Depending on the type of bleed valves on your radiators, you’ll either need a radiator key or a flathead screwdriver. Most radiators are bled using a radiator key but if you’re not sure, find a bleed valve. They’re located on the left or right side of the radiator at the top. A bleed valve on an older radiator looks like a hole with a square bit in the middle. On some newer radiators, the bleed valve has a straight groove for a flathead screwdriver.

Old cloths

When you open the bleed valve, the pressure inside the central heating system will force out the trapped air. When all the air has escaped, water will start to come out. You’ll need to press an old cloth against the bleed valve as you open it to minimise mess. It’s also a good idea to place more rags on the floor underneath to catch any stray drips.

How do you bleed radiators?

So you’ve got your radiator key and rags at the ready – what now? Let’s find out how to bleed a radiator:

Step 1: Turn the heating on

Illustration of hand turning radiator on

The heating must not be on when you actually bleed radiators, but it needs to be on for a while before you start. When it’s been on long enough that the radiators should have warmed up, check each one for cold patches. Make a note of any with cold spots as these are the ones you’ll need to bleed.

Step 2: Switch the heating off

Illustration of hand turning radiator off

The system needs to have warm water in it for bleeding radiators, so switch the heating fully off and wait for the radiators to cool a little. About 20 minutes should be perfect – the time it takes to sit down with a cuppa and a biscuit.

Step 3: Prepare the area with old cloths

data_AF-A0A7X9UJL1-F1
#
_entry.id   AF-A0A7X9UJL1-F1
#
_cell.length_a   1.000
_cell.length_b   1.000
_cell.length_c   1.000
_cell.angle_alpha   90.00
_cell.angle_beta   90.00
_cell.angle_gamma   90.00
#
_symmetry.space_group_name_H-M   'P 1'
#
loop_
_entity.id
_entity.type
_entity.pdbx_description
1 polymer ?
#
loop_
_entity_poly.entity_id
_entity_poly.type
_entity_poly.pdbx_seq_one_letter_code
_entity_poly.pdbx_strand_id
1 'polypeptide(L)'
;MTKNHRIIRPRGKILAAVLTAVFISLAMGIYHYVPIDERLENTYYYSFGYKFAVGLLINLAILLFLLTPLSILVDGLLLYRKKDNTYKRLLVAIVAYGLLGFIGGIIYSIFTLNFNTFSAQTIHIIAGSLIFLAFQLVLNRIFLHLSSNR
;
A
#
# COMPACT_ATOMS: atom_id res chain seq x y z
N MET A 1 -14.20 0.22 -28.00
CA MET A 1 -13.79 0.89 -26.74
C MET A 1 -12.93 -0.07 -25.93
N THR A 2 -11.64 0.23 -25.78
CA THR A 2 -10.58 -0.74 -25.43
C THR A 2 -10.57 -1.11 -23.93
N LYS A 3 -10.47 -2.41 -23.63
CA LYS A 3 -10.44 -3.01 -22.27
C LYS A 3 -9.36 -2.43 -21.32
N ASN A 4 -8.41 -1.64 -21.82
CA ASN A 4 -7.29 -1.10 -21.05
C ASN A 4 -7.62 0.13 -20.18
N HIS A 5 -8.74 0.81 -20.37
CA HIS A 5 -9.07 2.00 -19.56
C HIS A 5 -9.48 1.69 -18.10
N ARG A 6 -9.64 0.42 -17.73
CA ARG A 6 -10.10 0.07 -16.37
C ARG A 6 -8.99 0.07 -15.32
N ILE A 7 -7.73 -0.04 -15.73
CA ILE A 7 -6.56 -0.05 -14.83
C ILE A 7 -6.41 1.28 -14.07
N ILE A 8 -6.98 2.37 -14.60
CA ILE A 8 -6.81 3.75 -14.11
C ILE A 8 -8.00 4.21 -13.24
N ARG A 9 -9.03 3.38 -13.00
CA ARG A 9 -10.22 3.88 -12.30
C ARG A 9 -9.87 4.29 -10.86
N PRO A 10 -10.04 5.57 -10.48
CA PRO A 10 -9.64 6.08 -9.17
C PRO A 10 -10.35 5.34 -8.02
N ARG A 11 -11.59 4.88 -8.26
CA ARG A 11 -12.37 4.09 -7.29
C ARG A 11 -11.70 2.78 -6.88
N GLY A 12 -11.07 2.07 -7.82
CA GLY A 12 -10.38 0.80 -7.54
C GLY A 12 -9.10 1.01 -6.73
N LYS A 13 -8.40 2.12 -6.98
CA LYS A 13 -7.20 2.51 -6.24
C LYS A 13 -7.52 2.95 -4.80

Illustration of cloths to underneath the bleed valve

Place some old cloths or rags on the floor underneath the bleed valve to catch any spills.

Step 4: Open the bleed valve

Illustration of hand opening the bleed valve

Put the radiator key in the bleed valve and hold a rag around the valve with your other hand. Turn the key anticlockwise about half a turn until air hisses from the valve.

Step 5: Wait for water to come out

Illustration of water coming out of the bleed valve

When water starts to trickle out of the valve, all the air is out. Turn the radiator key about half a turn clockwise to close the bleed valve. Be careful not to overtighten it as this can damage the valve.

Step 6: Wipe up any drips

Illustration of hand wiping radiator dry with cloth

If any water remains around the valve area or has dripped down the radiator, wipe it with a dry cloth to prevent rust.

Repeat steps 3 to 6 for all radiators with cold patches.

Important information regarding our advice and tips
We try to make sure that the information we include in our blog is correct. Unfortunately information can become outdated, and we can’t guarantee that we won’t ever make a mistake. With that in mind, we accept no responsibility (including loss, damage or injury) for your use of the advice on our blog, or the wider website. Please always consult a professional if you intend to carry out DIY and you’re not fully confident in doing it yourself.